Renovate or Rebuild?.. Weller's story.

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> Pictured from left, Greg Lechte Daviesway Warragul, Wayne & Dale Weller

 

A Gippsland dairy family saved $700,000 by choosing to renovate its 50-stand rotary instead of re-building from scratch.

Patriarchs Wayne and Joan Weller, together with son Dale milk up to 1300 cows on two farms at Longwarry, 84km east of Melbourne. By making intelligent use of their existing infrastructure, they have made some “night and day” improvements to one of their dairies without breaking the bank.

It includes giving bigger cows additional room in the bail, addressing the jetter positions and overhauling its milking plant.

The dairy was finished in July 2018, and two months later the family calved down more than 700 cows in two weeks – including 200 two-year-olds.

The upgrades were led by installing a new Yarroweyah Engineering rotary platform. The revamped milking plant detail included a Guardian II auto wash system, a lowline milking system with a Variable Speed milk pump, a jumbo milk filter, industrial plate cooler, Tech-Line visi claws, Milkrite shells and vented triangular liners, Milkrite Interpuls high-line pulsation, milk yield information, cow retention, a Teatwand exact auto sprayer, a cow motivator and cow locator.

The Wellers chose Australian company Daviesway (100% Australian owned and operated) to customise their package, making use of the company’s world-class partners, in-house manufacturing arm and local service support. They are now milking 350 cows per hour.

weller dairy 01 weller dairy 02

“The infrastructure was all here,” Dale said. “The vat was still standing, the shed’s structural integrity and yards were still ok. But the platform was a big issue."

“The bigger cows were extremely uncomfortable in the old shed, and we were also having to slow the platform down during milking to accommodate cows that were giving more milk.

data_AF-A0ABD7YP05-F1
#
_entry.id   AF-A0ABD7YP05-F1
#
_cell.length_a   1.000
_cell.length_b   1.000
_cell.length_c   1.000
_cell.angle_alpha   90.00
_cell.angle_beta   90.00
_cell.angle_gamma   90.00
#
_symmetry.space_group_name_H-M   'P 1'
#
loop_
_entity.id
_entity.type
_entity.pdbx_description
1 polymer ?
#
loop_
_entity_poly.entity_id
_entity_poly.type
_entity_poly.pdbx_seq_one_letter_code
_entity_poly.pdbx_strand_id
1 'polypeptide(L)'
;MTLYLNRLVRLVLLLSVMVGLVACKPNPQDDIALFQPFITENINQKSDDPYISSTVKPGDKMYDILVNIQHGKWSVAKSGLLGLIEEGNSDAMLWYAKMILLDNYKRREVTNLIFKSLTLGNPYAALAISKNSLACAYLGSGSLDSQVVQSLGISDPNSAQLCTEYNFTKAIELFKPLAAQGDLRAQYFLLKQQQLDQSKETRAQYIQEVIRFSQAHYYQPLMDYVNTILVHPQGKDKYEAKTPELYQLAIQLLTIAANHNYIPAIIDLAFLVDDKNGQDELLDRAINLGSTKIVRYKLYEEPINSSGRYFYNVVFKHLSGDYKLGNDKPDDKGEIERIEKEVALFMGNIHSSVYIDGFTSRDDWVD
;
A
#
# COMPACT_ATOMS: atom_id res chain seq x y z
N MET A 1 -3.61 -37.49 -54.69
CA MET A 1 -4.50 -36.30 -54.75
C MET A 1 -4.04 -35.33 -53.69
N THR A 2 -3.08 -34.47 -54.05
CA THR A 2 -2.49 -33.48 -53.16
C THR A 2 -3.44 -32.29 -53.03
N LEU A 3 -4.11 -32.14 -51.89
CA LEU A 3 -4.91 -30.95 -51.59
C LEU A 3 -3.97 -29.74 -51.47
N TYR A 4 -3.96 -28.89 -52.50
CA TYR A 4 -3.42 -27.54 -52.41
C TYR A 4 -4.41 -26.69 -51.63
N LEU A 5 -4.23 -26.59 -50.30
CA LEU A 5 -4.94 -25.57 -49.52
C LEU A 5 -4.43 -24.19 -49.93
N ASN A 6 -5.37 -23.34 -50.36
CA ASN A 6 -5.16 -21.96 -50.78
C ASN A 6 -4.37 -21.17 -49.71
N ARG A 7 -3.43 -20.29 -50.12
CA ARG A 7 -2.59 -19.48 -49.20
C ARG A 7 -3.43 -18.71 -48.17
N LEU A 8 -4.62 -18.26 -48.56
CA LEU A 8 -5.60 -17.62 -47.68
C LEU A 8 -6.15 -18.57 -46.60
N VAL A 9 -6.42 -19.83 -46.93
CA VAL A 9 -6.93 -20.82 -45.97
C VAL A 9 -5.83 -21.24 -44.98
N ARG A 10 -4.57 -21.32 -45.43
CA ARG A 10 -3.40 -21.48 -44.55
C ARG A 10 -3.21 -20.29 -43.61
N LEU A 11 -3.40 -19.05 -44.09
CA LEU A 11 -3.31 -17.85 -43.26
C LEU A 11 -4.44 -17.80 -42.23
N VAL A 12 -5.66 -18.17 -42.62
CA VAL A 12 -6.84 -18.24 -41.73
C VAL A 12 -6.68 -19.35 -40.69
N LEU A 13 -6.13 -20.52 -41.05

“Afterall, the dairy was 27 years old, it was rusting out and we were always dealing with breakages and problems. It didn’t help either that we were struggling to access spare parts.”

The proudly cost-conscious family knew exactly what it needed.

“The new platform has made it a lot more comfortable for the cows,” Dale said.

“The new cups are much lighter than our old machines,” Wayne adds. “Our staff are really enjoying that, because they are so much easier to put on. And, we haven’t had one cup slip off a heifer. Cup-slip was a big issue in the old shed, and we still have the same vacuum pump, so we know there has been a massive improvement in that area."

“We haven’t had to tail-jack any of the first-calved two-year-olds this season either, and we have no teat sores.”

Wash-down is also no longer a chore.

“In the old dairy, at the end of milking everybody ran the other way when it was time to attach the cups to the jetters for the wash-down, because it was such hard work. Now, everyone would probably prefer to do that than wash the yard,” Wayne said.

Although it is still early days to completely judge the changeover, the decision to give their dairy “open-heart surgery” is hitting its early marks.

“It’s more comfortable for the cows and our staff, and we have peace of mind when we are away for the day that things aren’t going to break down,” Wayne said.

“And, if we had of used lots of different companies for the re-build, it would have made it harder to make sure we got the right help for the right piece of the plant if things did go wrong and if we weren’t there to make the call. That can be confusing for staff.

“This way, we just ring Daviesway.”

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